It’s already scaling out beyond oncology. I expect to see genomics have increasing impact in areas like autoimmune disease, rare disease, and chronic disease. In doing so, I think precision medicine will cease to be something that primary care and specialists refer a patient on to a clinical geneticist or oncologist, instead they will integrate it into their model of care. I also see a role for the patients themselves to get more directly involved. As we continue to understand more about the human genome, the value of having your genome sequenced will increase. I see a day when knowing your genome is as common as knowing your blood type.

What role can technology play in closing the gap between genomics researchers and providers?

I think technology can federate genomics research. Research collaboration would tremendously increase the data researchers have to work with, which will accelerate breakthroughs. The more we understand about the genome, the more relevant it becomes to all providers. I also think machine learning has a role to play. Project Hanover aims to take the grunt work out of aggregating research literature. Finally, I think genomics needs to make its way into the electronic medical records that providers use, ideally with the automated clinical decision support that help them use it effectively.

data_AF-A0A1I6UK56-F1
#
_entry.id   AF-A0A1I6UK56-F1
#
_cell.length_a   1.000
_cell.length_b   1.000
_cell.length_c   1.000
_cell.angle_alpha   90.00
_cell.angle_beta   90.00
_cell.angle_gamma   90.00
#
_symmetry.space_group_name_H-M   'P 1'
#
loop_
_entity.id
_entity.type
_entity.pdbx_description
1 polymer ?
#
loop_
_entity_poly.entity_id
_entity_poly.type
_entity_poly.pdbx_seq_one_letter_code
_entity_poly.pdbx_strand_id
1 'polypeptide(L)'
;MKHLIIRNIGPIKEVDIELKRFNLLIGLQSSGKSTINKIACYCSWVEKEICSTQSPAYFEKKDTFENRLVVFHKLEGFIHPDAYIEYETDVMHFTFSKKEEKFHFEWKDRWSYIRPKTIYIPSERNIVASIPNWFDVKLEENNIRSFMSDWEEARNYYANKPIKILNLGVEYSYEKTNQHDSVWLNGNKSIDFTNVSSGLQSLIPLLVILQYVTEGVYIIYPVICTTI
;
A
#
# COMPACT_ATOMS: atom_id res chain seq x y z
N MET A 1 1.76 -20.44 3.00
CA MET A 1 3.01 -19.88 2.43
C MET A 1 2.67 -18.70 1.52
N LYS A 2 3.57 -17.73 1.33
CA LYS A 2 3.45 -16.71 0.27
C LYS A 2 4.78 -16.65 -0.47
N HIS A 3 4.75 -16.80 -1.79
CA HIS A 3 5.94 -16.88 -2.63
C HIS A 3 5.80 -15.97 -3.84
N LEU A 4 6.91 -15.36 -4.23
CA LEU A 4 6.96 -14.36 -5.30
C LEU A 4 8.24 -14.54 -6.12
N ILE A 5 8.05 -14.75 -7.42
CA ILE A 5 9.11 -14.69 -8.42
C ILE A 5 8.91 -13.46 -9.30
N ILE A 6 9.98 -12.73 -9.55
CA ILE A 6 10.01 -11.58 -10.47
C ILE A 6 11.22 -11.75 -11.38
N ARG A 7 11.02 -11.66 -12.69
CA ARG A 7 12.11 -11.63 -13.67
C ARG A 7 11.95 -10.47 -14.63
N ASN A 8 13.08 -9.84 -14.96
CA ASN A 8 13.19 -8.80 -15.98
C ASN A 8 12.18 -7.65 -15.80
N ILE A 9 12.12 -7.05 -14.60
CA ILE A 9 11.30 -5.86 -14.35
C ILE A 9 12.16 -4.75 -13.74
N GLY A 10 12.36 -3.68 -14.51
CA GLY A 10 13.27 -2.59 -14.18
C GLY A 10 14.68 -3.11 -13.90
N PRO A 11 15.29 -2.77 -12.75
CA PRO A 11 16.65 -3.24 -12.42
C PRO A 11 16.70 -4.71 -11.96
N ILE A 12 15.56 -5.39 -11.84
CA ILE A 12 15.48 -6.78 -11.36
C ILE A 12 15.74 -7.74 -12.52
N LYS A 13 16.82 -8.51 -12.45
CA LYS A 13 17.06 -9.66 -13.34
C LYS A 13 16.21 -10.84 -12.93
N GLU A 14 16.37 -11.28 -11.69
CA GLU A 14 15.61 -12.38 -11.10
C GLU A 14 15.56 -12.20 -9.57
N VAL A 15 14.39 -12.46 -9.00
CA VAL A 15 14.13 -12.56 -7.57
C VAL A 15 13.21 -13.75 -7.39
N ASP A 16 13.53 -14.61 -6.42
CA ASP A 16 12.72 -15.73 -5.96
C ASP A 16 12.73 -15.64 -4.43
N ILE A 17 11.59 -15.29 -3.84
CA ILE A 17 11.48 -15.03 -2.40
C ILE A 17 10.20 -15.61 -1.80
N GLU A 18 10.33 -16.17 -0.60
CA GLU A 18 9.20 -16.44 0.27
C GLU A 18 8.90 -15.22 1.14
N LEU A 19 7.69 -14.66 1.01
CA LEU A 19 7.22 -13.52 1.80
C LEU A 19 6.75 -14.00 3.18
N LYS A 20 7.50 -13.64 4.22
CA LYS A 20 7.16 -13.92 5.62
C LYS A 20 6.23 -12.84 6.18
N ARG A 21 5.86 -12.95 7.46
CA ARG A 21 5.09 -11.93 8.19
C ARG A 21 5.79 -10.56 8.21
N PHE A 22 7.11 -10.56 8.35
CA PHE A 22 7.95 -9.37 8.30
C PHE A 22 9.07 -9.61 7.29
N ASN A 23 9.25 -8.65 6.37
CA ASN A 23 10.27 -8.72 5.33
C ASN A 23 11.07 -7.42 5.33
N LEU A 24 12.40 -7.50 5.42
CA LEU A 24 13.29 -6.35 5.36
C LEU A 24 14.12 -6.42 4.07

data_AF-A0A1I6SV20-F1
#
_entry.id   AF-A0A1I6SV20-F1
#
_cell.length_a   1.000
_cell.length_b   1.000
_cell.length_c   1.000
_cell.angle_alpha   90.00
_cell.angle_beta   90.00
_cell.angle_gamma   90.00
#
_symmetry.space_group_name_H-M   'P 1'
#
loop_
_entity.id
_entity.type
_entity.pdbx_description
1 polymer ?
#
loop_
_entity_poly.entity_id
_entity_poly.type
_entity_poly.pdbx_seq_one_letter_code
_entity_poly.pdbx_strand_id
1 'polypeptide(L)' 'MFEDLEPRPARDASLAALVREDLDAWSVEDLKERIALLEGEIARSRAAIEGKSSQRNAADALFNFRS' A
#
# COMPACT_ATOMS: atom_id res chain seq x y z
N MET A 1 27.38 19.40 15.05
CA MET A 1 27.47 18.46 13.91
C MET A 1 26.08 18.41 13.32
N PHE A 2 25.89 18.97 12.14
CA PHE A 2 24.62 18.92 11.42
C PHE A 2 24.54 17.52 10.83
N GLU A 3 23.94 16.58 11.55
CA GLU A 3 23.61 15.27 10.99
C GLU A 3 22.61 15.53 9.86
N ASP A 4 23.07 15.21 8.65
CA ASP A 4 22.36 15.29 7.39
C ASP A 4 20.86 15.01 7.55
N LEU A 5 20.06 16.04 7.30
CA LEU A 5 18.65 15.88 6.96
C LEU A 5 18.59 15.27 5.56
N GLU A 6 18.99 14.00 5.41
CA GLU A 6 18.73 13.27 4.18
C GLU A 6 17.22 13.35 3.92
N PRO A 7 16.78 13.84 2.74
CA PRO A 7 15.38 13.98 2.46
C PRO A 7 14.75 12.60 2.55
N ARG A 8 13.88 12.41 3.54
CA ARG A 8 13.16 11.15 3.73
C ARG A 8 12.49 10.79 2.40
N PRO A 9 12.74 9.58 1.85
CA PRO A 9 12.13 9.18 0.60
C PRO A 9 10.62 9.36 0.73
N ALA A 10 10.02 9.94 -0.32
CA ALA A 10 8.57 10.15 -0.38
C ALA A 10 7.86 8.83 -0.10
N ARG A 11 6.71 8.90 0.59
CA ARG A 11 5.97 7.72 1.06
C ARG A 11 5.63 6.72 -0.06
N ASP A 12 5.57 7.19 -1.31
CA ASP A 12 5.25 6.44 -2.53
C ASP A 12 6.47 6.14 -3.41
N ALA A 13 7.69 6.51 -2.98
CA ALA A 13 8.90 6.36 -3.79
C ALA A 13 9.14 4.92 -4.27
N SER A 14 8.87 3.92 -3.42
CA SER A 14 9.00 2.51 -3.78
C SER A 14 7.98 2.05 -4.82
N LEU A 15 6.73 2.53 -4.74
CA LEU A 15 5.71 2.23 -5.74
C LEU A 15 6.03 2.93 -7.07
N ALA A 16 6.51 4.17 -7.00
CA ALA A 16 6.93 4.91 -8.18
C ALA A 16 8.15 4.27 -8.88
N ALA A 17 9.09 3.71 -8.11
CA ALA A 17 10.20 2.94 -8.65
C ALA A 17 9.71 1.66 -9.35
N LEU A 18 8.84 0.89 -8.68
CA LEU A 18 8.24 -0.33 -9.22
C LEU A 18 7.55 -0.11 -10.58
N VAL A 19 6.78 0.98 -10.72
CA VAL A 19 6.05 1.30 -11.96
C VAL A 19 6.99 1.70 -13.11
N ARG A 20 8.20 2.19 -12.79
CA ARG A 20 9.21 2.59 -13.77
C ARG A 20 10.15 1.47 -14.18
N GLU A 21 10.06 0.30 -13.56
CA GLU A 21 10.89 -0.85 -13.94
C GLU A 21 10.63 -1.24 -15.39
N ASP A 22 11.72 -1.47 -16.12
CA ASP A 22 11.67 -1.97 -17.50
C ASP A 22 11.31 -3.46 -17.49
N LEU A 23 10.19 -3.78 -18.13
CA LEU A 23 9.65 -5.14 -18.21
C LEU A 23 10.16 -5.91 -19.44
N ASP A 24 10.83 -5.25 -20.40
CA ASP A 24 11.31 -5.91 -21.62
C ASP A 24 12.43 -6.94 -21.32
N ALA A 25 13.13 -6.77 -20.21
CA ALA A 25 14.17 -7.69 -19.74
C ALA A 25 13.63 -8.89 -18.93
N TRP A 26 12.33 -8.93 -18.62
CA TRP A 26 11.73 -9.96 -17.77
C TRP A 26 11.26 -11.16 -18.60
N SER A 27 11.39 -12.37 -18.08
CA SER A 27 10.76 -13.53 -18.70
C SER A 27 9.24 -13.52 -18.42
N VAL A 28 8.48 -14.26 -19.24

What challenges are healthcare leaders facing when implementing a long-term, scalable genomics strategy?

On the technical side, compute and storage of genomic information are key considerations. The cloud is quickly becoming the only viable way to solve for this. Using the cloud requires a well-considered security and privacy approach. On the research side, there’s still so much we have to learn about the genome. As we learn more it will open new avenues of care. Finally, on the business side, we have resourcing and reimbursement. The talent pool of genomics today is insufficient for a world where precision medicine is mainstream. These specialized resources are costly, and even with the cost of sequencing coming down, staffing a genomics business is expensive. And then there’s the reality of reimbursement – right now only certain conditions qualify for NGS. So, I think any genomics business needs to start with what will be reimbursed but be ready to expand as the landscape evolves.